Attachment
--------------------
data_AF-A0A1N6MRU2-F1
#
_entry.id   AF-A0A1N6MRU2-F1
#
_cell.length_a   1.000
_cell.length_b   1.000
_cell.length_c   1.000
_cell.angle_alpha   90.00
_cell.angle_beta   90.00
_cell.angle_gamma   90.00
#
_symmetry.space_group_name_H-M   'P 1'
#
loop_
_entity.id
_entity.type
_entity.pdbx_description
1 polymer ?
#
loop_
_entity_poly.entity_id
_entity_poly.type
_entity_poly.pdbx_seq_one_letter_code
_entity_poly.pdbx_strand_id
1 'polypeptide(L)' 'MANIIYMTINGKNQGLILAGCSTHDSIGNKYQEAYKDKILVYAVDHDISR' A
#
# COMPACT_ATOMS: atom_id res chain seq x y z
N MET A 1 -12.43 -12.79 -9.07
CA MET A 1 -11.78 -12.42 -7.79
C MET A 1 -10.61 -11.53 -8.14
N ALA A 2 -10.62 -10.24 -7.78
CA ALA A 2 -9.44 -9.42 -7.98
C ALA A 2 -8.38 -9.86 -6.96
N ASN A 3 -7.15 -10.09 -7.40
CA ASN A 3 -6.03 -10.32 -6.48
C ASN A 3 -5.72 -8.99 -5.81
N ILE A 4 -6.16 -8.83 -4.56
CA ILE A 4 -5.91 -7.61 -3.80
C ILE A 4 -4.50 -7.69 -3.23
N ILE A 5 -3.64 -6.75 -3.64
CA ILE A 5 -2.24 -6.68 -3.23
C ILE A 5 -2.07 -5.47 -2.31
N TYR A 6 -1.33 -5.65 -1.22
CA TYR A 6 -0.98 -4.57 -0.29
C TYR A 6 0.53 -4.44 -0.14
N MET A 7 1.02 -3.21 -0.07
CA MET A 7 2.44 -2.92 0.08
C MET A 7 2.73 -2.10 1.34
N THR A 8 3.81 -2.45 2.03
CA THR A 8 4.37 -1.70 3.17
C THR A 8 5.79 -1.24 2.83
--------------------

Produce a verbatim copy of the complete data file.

data_AF-A0A1N6MRU2-F1
#
_entry.id   AF-A0A1N6MRU2-F1
#
_cell.length_a   1.000
_cell.length_b   1.000
_cell.length_c   1.000
_cell.angle_alpha   90.00
_cell.angle_beta   90.00
_cell.angle_gamma   90.00
#
_symmetry.space_group_name_H-M   'P 1'
#
loop_
_entity.id
_entity.type
_entity.pdbx_description
1 polymer ?
#
loop_
_entity_poly.entity_id
_entity_poly.type
_entity_poly.pdbx_seq_one_letter_code
_entity_poly.pdbx_strand_id
1 'polypeptide(L)' 'MANIIYMTINGKNQGLILAGCSTHDSIGNKYQEAYKDKILVYAVDHDISR' A
#
# COMPACT_ATOMS: atom_id res chain seq x y z
N MET A 1 -12.43 -12.79 -9.07
CA MET A 1 -11.78 -12.42 -7.79
C MET A 1 -10.61 -11.53 -8.14
N ALA A 2 -10.62 -10.24 -7.78
CA ALA A 2 -9.44 -9.42 -7.98
C ALA A 2 -8.38 -9.86 -6.96
N ASN A 3 -7.15 -10.09 -7.40
CA ASN A 3 -6.03 -10.32 -6.48
C ASN A 3 -5.72 -8.99 -5.81
N ILE A 4 -6.16 -8.83 -4.56
CA ILE A 4 -5.91 -7.61 -3.80
C ILE A 4 -4.50 -7.69 -3.23
N ILE A 5 -3.64 -6.75 -3.64
CA ILE A 5 -2.24 -6.68 -3.23
C ILE A 5 -2.07 -5.47 -2.31
N TYR A 6 -1.33 -5.65 -1.22
CA TYR A 6 -0.98 -4.57 -0.29
C TYR A 6 0.53 -4.44 -0.14
N MET A 7 1.02 -3.21 -0.07
CA MET A 7 2.44 -2.92 0.08
C MET A 7 2.73 -2.10 1.34
N THR A 8 3.81 -2.45 2.03
CA THR A 8 4.37 -1.70 3.17
C THR A 8 5.79 -1.24 2.83